This sounds alot like my young d. regia (currently my only sundew), I can't get it to size up and its leaves die off just as fast as it can produce them. Hence why I'm interested in something I can actually grow and looks nice.
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By nimbulan
Posts:  2076
Joined:  Fri Feb 28, 2014 9:03 pm
#224965
Jds197 wrote:This sounds alot like my young d. regia (currently my only sundew), I can't get it to size up and its leaves die off just as fast as it can produce them. Hence why I'm interested in something I can actually grow and looks nice.
D. capensis to the rescue. Good luck!
By w03
Posts:  393
Joined:  Tue Jul 15, 2014 12:46 am
#224968
I wonder if different clones of D. adelae are the reason for the unusually picky plants some people have...

Mine seem to do well in pretty much any light as long as they have good humidity and are planted in some sort of lfs-based medium.
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By nimbulan
Posts:  2076
Joined:  Fri Feb 28, 2014 9:03 pm
#224969
w03 wrote:I wonder if different clones of D. adelae are the reason for the unusually picky plants some people have...

Mine seem to do well in pretty much any light as long as they have good humidity and are planted in some sort of lfs-based medium.
I was told that most D. adelae in cultivation are the same clone though I can't say how accurate this statement is. Mine's actually been perking up the last couple weeks after slowly moving it closer to my grow lights and leaving it there for 3 or 4 months (yes, it takes that long to adjust.) I've been planning on repotting it into LFS but hopefully that doesn't make it cranky for another 3 months.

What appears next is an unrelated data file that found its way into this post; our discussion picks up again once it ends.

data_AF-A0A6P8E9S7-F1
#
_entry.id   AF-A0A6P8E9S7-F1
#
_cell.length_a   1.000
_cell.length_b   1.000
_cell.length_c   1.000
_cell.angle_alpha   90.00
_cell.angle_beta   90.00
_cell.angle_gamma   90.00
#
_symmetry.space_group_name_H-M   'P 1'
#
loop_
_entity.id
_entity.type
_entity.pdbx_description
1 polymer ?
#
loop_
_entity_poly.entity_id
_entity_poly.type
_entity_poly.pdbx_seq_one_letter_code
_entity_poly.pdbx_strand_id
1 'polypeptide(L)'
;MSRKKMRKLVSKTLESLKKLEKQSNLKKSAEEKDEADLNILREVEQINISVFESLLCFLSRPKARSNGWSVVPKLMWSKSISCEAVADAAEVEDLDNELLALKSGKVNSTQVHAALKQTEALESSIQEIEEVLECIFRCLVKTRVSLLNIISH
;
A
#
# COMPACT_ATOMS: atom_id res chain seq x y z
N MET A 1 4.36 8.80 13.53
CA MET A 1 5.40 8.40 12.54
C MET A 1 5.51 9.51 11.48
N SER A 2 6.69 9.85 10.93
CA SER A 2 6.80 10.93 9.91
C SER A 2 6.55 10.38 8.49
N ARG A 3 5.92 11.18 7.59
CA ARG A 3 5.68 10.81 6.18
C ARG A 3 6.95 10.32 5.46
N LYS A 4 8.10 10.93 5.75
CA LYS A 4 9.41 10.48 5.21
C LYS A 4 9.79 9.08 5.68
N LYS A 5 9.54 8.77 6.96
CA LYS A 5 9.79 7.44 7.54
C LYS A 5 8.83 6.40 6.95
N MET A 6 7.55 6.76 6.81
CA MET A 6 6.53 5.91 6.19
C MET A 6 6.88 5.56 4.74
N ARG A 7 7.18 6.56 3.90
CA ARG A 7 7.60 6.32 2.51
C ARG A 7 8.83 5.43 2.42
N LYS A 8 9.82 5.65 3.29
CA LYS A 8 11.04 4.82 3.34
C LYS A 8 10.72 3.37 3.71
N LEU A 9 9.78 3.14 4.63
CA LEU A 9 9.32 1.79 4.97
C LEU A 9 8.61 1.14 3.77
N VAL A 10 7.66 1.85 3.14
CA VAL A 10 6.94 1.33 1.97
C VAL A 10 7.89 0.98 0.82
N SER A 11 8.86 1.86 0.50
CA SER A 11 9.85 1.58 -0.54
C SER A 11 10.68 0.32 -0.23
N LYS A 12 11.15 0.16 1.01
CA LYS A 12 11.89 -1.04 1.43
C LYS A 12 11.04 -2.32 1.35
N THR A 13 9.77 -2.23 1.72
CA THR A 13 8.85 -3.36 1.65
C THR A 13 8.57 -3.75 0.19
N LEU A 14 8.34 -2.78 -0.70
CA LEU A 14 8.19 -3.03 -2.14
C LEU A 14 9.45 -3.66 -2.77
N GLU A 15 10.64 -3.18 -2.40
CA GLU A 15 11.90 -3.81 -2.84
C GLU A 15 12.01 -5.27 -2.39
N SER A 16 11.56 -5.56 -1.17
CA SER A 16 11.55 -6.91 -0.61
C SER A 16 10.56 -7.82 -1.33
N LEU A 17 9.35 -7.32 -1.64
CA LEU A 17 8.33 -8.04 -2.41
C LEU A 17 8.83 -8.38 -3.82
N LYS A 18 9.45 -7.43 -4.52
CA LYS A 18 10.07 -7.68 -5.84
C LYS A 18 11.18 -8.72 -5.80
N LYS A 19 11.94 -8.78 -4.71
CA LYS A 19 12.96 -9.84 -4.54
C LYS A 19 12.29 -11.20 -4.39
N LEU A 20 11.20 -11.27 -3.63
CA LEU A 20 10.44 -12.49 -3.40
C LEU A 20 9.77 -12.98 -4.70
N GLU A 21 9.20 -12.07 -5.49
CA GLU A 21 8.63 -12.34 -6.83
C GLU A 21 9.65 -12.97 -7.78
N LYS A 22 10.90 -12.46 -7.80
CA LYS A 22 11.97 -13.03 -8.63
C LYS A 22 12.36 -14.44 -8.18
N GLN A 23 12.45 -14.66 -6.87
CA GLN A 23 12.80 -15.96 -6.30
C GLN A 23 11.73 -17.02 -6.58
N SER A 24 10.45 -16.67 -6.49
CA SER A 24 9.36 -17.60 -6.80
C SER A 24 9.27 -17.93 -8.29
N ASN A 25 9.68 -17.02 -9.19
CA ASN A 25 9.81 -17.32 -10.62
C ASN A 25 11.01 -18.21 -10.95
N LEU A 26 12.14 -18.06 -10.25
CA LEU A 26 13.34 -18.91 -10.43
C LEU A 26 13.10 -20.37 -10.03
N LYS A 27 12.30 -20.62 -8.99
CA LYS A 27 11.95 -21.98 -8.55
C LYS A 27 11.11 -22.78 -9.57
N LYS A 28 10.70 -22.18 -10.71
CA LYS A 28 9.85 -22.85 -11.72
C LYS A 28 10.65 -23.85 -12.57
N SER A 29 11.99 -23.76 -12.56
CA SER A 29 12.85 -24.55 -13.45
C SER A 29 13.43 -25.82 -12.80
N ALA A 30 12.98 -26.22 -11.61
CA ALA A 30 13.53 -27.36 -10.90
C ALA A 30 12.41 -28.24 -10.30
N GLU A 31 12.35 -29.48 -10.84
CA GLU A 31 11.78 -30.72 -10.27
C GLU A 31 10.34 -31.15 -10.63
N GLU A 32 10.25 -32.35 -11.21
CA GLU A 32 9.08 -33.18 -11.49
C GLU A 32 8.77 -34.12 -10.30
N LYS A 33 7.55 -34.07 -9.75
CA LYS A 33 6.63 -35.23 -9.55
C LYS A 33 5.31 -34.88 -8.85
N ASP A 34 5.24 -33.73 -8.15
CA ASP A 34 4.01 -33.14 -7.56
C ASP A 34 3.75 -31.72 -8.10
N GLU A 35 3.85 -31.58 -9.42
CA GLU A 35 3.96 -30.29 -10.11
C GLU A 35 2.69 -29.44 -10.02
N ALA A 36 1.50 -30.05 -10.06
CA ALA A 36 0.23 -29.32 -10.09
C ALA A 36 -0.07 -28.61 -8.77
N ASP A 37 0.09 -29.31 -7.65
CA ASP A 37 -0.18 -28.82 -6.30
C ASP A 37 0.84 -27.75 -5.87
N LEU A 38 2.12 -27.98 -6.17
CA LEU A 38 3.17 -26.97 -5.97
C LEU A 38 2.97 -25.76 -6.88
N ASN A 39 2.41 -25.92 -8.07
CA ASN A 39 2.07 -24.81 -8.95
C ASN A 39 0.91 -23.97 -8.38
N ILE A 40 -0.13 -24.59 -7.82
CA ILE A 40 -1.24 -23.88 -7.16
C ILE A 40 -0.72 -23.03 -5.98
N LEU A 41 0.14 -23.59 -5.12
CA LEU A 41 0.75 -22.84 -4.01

By w03
Posts:  393
Joined:  Tue Jul 15, 2014 12:46 am
#224988
It's sort of strange that they take so long to adjust in your conditions... I have one growing on top of a running air-conditioner, and it took only about a week to adjust. I think lfs based medium really helps this species. When I grew it in peat-based media it always looked a little sickly, at least in terrarium conditions.
By Jds197
Posts:  168
Joined:  Thu Jun 19, 2014 3:34 pm
#225235
Picked up some D. Spatulata from a friend and will soon be getting some D. Binata typicals thanks to MrsMuscipula. Still interested in finding a few more, like Marston's Dragon or D. multifida extrema, along with others in my original post. Also added D. aliciae and D. admirabilis to my search.


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By KissMegan
Posts:  660
Joined:  Thu Feb 06, 2014 1:07 am
#225244
We have some Marstons dragon in the greenhouse. Unfortunately we're not allowed to take anything from the greenhouse and I always find scale on them so you wouldn't want them anyways. They surprisingly look amazing even with being attacked by bugs. Probably one of my favorite drosera.
Someday I'll sneak a cutting and see if I can get strikes haha